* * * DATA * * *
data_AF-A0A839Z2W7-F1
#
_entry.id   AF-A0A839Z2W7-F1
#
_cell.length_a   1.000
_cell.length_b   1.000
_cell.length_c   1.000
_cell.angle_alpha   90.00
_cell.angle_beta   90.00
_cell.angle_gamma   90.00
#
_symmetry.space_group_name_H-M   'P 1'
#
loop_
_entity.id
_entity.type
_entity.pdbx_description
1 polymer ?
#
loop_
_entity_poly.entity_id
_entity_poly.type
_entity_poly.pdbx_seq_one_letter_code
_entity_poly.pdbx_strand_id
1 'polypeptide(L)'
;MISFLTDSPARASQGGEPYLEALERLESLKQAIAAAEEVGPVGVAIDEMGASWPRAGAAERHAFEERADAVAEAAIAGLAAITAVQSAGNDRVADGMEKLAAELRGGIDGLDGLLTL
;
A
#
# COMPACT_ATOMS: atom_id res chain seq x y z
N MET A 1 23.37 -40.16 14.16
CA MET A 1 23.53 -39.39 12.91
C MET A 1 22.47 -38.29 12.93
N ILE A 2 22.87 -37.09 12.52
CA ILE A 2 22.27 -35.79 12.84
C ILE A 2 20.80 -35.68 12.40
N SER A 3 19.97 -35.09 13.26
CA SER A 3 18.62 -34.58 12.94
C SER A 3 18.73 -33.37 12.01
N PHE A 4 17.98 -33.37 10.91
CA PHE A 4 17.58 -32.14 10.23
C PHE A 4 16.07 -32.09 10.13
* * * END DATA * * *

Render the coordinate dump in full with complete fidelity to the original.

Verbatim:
data_AF-A0A839Z2W7-F1
#
_entry.id   AF-A0A839Z2W7-F1
#
_cell.length_a   1.000
_cell.length_b   1.000
_cell.length_c   1.000
_cell.angle_alpha   90.00
_cell.angle_beta   90.00
_cell.angle_gamma   90.00
#
_symmetry.space_group_name_H-M   'P 1'
#
loop_
_entity.id
_entity.type
_entity.pdbx_description
1 polymer ?
#
loop_
_entity_poly.entity_id
_entity_poly.type
_entity_poly.pdbx_seq_one_letter_code
_entity_poly.pdbx_strand_id
1 'polypeptide(L)'
;MISFLTDSPARASQGGEPYLEALERLESLKQAIAAAEEVGPVGVAIDEMGASWPRAGAAERHAFEERADAVAEAAIAGLAAITAVQSAGNDRVADGMEKLAAELRGGIDGLDGLLTL
;
A
#
# COMPACT_ATOMS: atom_id res chain seq x y z
N MET A 1 23.37 -40.16 14.16
CA MET A 1 23.53 -39.39 12.91
C MET A 1 22.47 -38.29 12.93
N ILE A 2 22.87 -37.09 12.52
CA ILE A 2 22.27 -35.79 12.84
C ILE A 2 20.80 -35.68 12.40
N SER A 3 19.97 -35.09 13.26
CA SER A 3 18.62 -34.58 12.94
C SER A 3 18.73 -33.37 12.01
N PHE A 4 17.98 -33.37 10.91
CA PHE A 4 17.58 -32.14 10.23
C PHE A 4 16.07 -32.09 10.13